Cuba Examines Food Production Problems
Tuesday, June 26, 2007; 3:04 PM
HAVANA -- Hundreds of trucks overflowing with plantains, sweet potatoes and onions converge on the Plaza of the Revolution each month as farmers sell produce to tens of thousands of people.
Here's where Cubans come seeking affordable food. While they may not be able to find everything they want, they are increasingly getting what they need, even as the island's communist leaders grow more worried about drops in food production and prices that remain frustratingly high for many Cubans.
One man in his 60s trundled through the plaza with a rusty wheelbarrow loaded with two huge branches of plantains he said he bought to feed his five grandchildren. A middle-aged woman pushed by with more plantains, braided strings of garlic and a huge slab of pink-and-white frosted cake balanced on top of her banged-up supermarket cart.
"Onions! Strings of onions!" a young man cried out, holding six strands of red and white bulbs on each arm as consumers carted away other fresh produce in baby strollers, luggage carts and plastic milk cartons fastened behind bicycle seats.
The quantity of goods sold at the monthly government-organized produce fairs demonstrates how Cuba's food situation has eased 15 years after widespread shortages were sparked by the Soviet Union's collapse and an end to economic subsidies from the Kremlin.
But communist leaders and producers aren't satisfied. They want changes to get more affordable goods to market, and they're disturbed by a 7 percent drop in the nation's food production last year.
Lawmakers under acting president Raul Castro's leadership are examining the issue this week before the full National Assembly debates it Friday.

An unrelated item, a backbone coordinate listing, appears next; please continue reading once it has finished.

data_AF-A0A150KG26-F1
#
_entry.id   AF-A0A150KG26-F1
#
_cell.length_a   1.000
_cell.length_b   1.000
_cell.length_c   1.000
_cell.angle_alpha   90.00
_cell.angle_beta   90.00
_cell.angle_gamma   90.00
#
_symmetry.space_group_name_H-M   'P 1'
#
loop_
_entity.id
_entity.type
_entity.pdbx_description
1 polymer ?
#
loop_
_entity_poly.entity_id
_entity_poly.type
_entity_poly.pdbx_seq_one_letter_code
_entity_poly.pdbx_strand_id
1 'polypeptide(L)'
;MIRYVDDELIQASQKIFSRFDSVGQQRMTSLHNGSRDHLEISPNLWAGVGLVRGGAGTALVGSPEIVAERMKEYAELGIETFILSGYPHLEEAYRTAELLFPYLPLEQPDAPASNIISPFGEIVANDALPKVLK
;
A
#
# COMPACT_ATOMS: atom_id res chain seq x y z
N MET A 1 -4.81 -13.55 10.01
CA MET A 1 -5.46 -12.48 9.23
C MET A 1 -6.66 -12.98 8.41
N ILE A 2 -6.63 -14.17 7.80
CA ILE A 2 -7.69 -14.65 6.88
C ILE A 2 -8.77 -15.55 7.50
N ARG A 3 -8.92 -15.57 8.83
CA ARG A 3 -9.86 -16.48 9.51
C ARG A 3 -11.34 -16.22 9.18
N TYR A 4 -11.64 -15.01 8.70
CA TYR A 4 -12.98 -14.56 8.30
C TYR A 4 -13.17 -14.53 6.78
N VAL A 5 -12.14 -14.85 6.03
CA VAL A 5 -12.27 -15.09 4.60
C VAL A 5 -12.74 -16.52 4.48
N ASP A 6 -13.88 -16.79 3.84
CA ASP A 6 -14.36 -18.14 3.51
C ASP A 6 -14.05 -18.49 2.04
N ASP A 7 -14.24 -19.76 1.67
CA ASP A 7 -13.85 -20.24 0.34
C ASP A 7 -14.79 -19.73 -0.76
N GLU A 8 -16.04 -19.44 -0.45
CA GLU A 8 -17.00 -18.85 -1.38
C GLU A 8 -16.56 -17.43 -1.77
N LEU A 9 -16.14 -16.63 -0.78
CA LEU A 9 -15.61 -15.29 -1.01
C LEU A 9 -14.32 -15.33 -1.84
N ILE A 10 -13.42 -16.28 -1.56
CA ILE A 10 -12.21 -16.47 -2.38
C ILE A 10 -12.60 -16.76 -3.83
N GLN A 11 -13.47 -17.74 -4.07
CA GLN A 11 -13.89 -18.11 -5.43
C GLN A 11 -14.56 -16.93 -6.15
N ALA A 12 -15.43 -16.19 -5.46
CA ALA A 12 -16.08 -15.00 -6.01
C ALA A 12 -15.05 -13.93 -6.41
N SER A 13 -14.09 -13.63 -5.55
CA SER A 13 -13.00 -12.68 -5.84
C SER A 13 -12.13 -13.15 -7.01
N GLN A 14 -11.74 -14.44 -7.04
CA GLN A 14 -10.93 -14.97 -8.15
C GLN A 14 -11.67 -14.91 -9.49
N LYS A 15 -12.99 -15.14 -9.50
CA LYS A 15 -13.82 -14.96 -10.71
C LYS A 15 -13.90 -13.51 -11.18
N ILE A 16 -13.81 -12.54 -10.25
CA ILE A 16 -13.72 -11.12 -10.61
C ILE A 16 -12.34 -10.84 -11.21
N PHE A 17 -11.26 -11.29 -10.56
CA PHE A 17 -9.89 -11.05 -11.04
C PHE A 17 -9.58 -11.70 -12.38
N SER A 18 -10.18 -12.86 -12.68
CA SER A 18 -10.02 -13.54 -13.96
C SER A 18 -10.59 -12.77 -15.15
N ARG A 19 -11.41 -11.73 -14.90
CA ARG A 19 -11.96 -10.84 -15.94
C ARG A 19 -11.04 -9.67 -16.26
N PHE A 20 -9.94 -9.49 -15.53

Cuba's food production "is insufficient and commercialization is deficient," Vice President Carlos Lage told municipal leaders this month.
Cuba spends about $1.6 billion annually for food imports, about a third of it from the U.S. It even imports about 82 percent of the $1 billion worth of food it sells at subsidized prices to all Cubans on the ration system, including rice, potatoes, beans, meat and other goods.
Raul Castro, the 76-year-old defense minister leading the government while his 80-year-old brother Fidel recovers from intestinal surgery, has long considered food a national security issue. "Beans are more important than cannon," he told the 5th Communist Party Congress in 1997.
He argued for the farmers markets in 1994, and earlier created the Youth Work Army, a military branch that produces food for the nation. At the last parliament session in December, he demanded that agriculture officials increase production and make overdue payments to small farmers and cooperatives.
Lage later said the payment problem was resolved, but farmers complain they need more government help.